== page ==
DIY Spit-Braai


A spit braai is a familiar favourite, and chances are you have experienced at least one at a huge kuier. It is one of my favourite ways to entertain around the fire, and don’t think that it is impossible to build – my friend and I used this guideline to build one in 10minutes!

You will need:

  • 2 x uprights of hollow square steel with a 4cm diameter – 100 cm long.
  • 1 x spit pole made from hollow square steel with a 2cm diameter 200cm long.
  • 2 x crosspieces of solid round steel with a 0.5cm diameter 20cm long
  • 2 x butcher hooks (or bend your own from pieces of steel)
  • small roll galvanised wire with a 1.25mm gauge

Step 1

Drill three holes 5cm apart and 5cm from the top of the 4cm diameter uprights, big enough to fit your butcher hooks.

Step 2

Dig a pit about 20cm deep and 50cm by 180cm wide and long.

Step 3

Using a mallet (or a big piece of wood) hammer the 4cm diameter steel into the ground on either side of your pit until only half the upright is sticking out. Remember, the holes must face the length of the pit, and be on the same side.

Step 4

Insert butcher hooks into the drilled holes. These holes are used to adjust the height of the lamb above the fire. Up is cooler. Down is hotter.

How to Attach the Sheep

Before you attach the lamb to the spit, clean off all visible fat.

Step 1

Push spit pole through the lamb’s rear-end until the lamb is centred on the pole.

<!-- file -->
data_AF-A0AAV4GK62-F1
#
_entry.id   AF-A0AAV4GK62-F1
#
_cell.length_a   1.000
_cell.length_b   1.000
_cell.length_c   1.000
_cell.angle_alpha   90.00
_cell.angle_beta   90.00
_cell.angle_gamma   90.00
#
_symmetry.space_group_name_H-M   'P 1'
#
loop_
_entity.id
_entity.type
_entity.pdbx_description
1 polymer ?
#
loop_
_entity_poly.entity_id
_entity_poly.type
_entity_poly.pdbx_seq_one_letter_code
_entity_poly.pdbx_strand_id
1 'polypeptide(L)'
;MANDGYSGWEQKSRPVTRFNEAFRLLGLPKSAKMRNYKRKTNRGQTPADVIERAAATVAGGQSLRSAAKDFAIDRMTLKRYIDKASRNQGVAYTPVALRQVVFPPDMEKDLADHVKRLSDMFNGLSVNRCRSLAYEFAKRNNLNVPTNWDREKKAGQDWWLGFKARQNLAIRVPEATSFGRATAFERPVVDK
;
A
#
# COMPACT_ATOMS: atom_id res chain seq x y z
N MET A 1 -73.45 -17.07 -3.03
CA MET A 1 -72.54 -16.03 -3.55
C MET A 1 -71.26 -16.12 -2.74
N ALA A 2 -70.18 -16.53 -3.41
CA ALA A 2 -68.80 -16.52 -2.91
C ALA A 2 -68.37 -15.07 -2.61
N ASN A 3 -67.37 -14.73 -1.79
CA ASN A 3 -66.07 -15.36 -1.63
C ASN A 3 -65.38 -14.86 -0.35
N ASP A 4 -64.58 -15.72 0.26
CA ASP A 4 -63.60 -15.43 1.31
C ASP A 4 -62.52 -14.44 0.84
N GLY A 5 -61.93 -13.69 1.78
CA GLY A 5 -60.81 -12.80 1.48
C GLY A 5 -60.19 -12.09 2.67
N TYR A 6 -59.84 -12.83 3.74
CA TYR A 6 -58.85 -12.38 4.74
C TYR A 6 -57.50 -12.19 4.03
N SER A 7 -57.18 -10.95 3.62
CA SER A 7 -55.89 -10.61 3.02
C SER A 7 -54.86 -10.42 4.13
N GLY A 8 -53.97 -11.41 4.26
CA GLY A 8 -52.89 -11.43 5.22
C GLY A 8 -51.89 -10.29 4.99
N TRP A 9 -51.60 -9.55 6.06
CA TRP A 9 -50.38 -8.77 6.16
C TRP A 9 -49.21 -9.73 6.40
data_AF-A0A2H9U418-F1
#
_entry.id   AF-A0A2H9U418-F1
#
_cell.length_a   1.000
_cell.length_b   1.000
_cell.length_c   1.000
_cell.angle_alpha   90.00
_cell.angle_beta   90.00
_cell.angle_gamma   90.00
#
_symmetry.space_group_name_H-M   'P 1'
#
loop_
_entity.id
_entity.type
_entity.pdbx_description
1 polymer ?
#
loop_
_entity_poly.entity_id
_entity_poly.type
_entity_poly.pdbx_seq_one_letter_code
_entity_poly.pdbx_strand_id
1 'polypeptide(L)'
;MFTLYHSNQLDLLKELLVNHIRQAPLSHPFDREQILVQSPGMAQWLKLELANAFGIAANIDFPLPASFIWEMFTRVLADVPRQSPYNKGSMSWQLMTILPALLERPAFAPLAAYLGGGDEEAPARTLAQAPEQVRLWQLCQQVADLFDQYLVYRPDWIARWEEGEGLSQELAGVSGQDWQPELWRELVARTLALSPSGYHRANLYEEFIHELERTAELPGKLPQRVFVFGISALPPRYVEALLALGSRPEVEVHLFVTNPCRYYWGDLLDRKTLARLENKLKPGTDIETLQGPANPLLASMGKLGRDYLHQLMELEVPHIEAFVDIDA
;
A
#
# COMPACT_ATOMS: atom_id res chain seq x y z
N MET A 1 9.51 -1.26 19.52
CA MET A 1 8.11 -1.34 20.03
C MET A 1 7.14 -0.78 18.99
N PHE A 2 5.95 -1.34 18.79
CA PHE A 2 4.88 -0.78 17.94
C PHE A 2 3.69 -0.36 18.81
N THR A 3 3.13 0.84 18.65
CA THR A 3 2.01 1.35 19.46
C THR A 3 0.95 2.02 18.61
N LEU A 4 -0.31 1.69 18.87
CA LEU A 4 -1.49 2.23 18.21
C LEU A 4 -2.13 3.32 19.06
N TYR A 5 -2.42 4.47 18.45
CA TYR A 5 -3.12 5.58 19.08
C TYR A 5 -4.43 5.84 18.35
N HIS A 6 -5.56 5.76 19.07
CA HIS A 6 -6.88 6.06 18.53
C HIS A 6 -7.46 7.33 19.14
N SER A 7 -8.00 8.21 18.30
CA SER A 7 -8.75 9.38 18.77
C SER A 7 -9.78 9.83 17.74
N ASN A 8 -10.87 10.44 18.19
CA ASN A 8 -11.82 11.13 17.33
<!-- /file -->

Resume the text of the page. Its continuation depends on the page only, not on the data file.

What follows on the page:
Step 2

Secure two crosspieces in front of chest, and behind back legs with the galvanised wire.

Step 3

Secure two legs together (intertwined) through the hooks with the galvanised wire. Repeat for both front and rear legs.

Step 4

Poke wire through the back of the lamb to secure the spine to the spit pole in four to five places from the neck to the pelvis and twist tight with a pair of pliers.

Once attached, check again and remove any fat without damaging the meat.

After you’ve built your spit like an expert, and once you’ve decided what meat to use (I used lamb), open the carcass, wash the meat thoroughly with water and wipe it dry with a paper towel. Do the same to the centre of the carcass, then carry it to the fire (you’ll definitely need some help with this!). Balance the spit at a 45 degree angle over moderate coals, with the inside of the carcass towards the heat first. If any part of the carcass starts to burn during cooking team, it’s a good idea to cover it with foil.

How long you braai the meat for depends on how hot your coals are, the consistency of the heat and, of course, the size of the carcass. A lamb of 10kg takes about three to four hours to cook through and a bigger lamb weighing in about 20kgs takes about five to six hours. Another easy way to test if it’s ready is to use a meat thermometer: stick it into the the thickest part of the meat; if the temperature reaches 65°C, it means your meat is medium and if it reaches 70°C it’s well done.
The basting –  which kind of makes the spit – is completely up to you. The possibilities and flavour combinations are endless, but once you’ve decided, make sure you have enough of it. You will be adding your basting throughout the entire braaing process, ensuring that the meat stays moist and succulent. It always a good idea to have a syringe on stand by to inject some of those beautiful flavours deep into the flesh of the meat. In fact, I highly recommend you do get one!
If you want to know Chef Bertus Basson, Marthinus Ferreira and my basting recipes for lamb, pork and goat you should buy my second Ultimate Braai Master Book: The Roads Less Travelled – no spoilers!
Once the meat is cooked to your liking, carve it straight off the spit and enjoy with some lekker side dishes and salads!

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